In my piece, by being relayed in reverse order of 'newest' tweets first and oldest tweets last, I hope I have conveyed the building crescendo of voices determined to have their say. Representing so much of a bombardment of the virtual airwaves, that it all just becomes white noise. Any vital information is obliterated by the deluge.

I hope my piece gives a sense of the welter of divergent voices that ultimately just seem to like the sound (look) of their own words on screen. While some treat the issue with great seriousness, others look to derive humour from it. Gallows humour? I might believe that if it wasn't done for self-aggrandisement, to make the person look clever. People are of course entitled to their opinion, but the time for that was probably after the riots had simmered down. This wasn't any real debate. No one was listening to anybody else. Besides, when has anyone ever had their views changed by online shouting? What could be more preposterous than online trolling of people over their views on the riots, WHILE people were having to flee their homes that had been set alight?

Two very different crowd behaviours. One showing the best commonality of humanity. And the other what happens when any such unity breaks down into a free-for-all. Be it one on the shopping high streets, or out in virtual reality.


John Wiswell said...

I can see the philosophy that identifies people taping and photographing the riots as condoning, though it would take more context for me to condemn them as self-aggrandizing. One could very easily wish to condemn an act one thinks one couldn't stop, and thereby document it to propose widerspread horror.

Sulci Collective said...

I can see that argument John, but in the main the pictures are uploaded without any context of preservation of record. I fear they are all about reflecting kudos on the person producing them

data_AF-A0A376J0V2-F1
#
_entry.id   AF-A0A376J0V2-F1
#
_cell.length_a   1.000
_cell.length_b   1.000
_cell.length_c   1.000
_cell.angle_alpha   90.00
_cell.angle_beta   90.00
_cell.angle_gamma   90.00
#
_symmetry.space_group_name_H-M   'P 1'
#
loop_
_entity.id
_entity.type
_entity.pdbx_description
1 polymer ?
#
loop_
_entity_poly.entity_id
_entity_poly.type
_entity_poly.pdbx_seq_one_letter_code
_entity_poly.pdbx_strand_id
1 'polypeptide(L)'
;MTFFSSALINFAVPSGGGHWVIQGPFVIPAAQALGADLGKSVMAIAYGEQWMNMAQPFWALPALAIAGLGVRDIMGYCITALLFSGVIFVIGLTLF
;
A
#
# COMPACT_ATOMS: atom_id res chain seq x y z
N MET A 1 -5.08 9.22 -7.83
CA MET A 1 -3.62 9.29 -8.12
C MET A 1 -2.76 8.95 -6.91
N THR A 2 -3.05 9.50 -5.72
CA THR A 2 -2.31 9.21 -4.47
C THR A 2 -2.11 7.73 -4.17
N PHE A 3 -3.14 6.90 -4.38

Jeffrey Jones said...

I am not sure your equation of 35,000 football fans united in empathy with "the best commonality of humanity" isn't an extreme case of wishful thinking on your part. You seem to be taking an exaggerated stance here to create a convenient contrast with your perceived cacophony of voices responding to the riots, when in fact there was plenty of acute media debate about the causes and effects of the riots - it's just that little of it would have appeared on twitter. Why would it? Twitter is surely by its very nature a sounding board for self-aggrandising individuals. It will never be a place of organised debate because it is, erm, not organised with that purpose in mind.
To my mind, the 35,000 football fans were about as convincing as symbol of united humanity as the lines of deluded people who appeared on the streets when Princess Diana died. United, maybe...but united in what?
To my mind, your basic assumptions about the desirability of empathic unity - of the benefits of a coherent, unified voice as opposed to a cacophony of individual voices - are fundamentally flawed. However benevolent they may appear, when it comes to a unified community speaking as one, I'm with God at the Tower of Babel: scatter them across the face of the earth and confound their language, that they may not understand each other's speech.